Licensing of Events
If your proposed event involves one or more of the following activities then you are likely to need to obtain a license (or temporary event notice) under the Licensing Act 2003.
- Sale of alcohol
- Sale of late night refreshment – ie selling hot food or hot drink between 11.00 pm and 5.00 am for consumption on or off the premises
- Provision of 'Regulated Entertainment'
What is Regulated Entertainment?
The following kinds of entertainment are subject to regulation:
- Film exhibitions
- Indoor sporting events
- Boxing or wrestling exhibitions
- Live music (karaoke included)
- Recorded music
- Dancing by the public or performers
- Any entertainment similar to that described in 5, 6 or 7 above
There are certain allowances and exemptions to the above so we would advise you to contact a member of Wrexham Council's Licensing Team to discuss the details of your proposed event. We will then be able to provide you with more specific advice.
The contact details for the Licensing Service are: Tel. 01978 315788 or 01978 298990 or Email firstname.lastname@example.org
Further information (including fees, charges and ways to make applications) is available in the Licensing pages of our website at: www.wrexham.gov.uk/english/env_services/licensing/index.htm
What about one off events and special occasions?
If you are holding a licensable activity that falls into one of the following categories:
- Less than 500 people attending
- Lasting for not more than 96 hours, with a break of at least 24 hours thereafter
You can hold your event by submitting a Temporary Event Notice (TEN) to the Licensing Authority.
This notice allows you to hold a licensable activity on premises that are not currently licensed, or to hold activities that an existing licence does not permit.
This would include for example:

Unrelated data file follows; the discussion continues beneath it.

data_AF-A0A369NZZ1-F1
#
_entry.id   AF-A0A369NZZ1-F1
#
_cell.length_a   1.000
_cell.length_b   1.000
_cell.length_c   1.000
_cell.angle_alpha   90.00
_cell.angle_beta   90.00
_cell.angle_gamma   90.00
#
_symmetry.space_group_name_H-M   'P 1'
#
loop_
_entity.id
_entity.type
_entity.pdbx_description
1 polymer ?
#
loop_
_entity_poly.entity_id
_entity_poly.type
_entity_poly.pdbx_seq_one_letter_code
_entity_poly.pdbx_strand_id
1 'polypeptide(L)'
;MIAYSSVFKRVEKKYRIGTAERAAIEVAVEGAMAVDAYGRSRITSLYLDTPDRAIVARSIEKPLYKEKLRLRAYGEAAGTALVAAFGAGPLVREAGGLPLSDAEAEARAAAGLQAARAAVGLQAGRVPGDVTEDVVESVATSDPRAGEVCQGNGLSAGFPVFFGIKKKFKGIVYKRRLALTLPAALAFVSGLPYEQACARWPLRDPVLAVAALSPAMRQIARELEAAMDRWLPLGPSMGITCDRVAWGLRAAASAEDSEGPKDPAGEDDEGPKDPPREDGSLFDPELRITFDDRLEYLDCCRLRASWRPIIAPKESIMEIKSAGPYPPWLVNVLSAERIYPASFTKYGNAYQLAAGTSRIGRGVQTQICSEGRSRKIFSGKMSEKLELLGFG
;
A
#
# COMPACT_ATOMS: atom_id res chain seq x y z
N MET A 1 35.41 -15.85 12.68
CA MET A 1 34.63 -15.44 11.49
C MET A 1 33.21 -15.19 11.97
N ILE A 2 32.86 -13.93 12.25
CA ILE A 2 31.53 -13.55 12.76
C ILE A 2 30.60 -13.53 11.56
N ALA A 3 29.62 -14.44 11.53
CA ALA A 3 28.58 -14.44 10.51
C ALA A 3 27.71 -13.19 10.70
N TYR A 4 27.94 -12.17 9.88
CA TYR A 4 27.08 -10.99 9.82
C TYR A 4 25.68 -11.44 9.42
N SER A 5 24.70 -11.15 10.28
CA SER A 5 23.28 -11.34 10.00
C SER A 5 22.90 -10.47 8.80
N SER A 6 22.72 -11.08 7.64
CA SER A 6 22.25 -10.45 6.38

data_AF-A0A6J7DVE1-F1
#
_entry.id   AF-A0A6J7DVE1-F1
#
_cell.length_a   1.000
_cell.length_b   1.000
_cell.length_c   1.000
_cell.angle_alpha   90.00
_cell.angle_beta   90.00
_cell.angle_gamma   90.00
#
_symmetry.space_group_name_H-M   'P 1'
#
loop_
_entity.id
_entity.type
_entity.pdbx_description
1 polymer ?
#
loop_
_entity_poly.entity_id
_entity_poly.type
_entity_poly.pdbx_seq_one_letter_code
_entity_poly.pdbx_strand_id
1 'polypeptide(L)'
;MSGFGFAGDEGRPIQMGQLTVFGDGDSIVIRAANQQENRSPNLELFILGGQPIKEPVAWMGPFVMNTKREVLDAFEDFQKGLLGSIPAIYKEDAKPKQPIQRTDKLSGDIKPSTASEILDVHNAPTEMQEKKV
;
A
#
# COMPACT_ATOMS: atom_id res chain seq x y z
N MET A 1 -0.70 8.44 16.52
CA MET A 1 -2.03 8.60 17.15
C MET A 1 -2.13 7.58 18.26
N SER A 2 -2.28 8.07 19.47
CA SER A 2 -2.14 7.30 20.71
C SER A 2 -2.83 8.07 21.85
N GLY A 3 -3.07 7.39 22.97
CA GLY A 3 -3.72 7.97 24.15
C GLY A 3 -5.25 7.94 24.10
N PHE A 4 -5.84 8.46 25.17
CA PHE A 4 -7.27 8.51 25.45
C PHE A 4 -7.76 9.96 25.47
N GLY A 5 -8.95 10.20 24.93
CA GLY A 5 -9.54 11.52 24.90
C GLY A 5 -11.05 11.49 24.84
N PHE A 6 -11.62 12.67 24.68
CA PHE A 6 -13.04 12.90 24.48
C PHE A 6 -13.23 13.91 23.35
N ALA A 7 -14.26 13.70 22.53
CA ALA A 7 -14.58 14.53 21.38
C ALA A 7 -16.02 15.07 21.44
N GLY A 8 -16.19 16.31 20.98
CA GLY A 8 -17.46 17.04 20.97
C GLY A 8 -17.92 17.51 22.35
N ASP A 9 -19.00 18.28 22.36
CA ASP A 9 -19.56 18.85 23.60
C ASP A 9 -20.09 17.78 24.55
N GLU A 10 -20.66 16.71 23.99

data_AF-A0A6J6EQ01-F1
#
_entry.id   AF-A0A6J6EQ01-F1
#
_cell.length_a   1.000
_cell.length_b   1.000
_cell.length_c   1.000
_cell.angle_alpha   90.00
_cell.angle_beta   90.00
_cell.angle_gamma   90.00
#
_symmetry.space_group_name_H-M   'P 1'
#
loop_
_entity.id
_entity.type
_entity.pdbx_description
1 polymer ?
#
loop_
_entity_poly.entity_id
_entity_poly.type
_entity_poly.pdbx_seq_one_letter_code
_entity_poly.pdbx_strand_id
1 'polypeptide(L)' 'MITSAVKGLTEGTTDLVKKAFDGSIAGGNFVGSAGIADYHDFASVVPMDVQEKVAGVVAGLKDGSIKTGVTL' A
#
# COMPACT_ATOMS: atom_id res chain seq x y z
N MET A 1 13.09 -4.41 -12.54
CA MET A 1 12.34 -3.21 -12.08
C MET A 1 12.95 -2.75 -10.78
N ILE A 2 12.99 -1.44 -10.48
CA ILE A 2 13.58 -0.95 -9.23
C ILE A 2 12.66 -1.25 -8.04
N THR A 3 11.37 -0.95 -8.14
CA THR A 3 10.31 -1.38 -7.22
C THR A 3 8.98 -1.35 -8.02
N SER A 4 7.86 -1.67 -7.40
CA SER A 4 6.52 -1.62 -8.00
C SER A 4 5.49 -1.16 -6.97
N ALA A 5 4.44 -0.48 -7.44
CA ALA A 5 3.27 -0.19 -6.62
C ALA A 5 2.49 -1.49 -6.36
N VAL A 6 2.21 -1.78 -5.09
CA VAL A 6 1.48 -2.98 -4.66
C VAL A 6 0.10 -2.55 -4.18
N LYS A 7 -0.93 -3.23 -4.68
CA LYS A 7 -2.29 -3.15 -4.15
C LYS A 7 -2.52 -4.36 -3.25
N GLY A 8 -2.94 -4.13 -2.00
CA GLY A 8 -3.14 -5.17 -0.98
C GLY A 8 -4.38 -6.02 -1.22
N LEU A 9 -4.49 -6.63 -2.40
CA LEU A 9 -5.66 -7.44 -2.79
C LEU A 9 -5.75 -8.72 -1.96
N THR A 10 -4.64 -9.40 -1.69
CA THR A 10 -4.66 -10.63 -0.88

- Selling alcohol at a school fete
- Providing regulated entertainment at a pub where the current licence does not permit this
- Staying open to sell hot food into the night on a special occasion (e.g. New Years Eve)
- Selling alcohol after the hours your normal licence permits, (e.g. for a special occasion)
- An amateur dramatics group putting on a play in unlicensed premises
Certain restrictions apply to TENs (please speak to a member of the Licensing Team for clarification). If your event/activity falls outside these restrictions, you will require a full Premises Licence.
Large Temporary Events
This Section relates to applications for large events that are temporary in nature, but cannot be authorised under a Temporary Event Notice (TEN) because of the number of persons who will be present or because the event spans more days than permitted by a TEN. Generally, these events will be licensed under a time limited Premises License lasting for the duration of the event.
The Licensing Authority advises persons wishing to hold such events to contact the Licensing Authority for advice prior to making an application. Applicants are also strongly advised to read "The Event Safety Guide" / "The Purple Guide"
The Licensing Authority will ask applicants seeking a time limited premises Licence for a large event to attend a meeting of the Event Safety Advisory Group (ESAG).
The ESAG consists of officers from 'Responsible Authorities' such as North Wales Police, North Wales Fire Service, the Council's Noise Team, the Council's Health and Safety Team and the Fire Authority in addition to officers from other relevant departments and agencies such as Highways, Emergency Planning and the Welsh Ambulance Service.
In cases where a ESAG meeting is considered necessary, the Council's Emergency Planning Team shall contact the applicant to advise them of the requirement and arrange a suitable date and time for the meeting.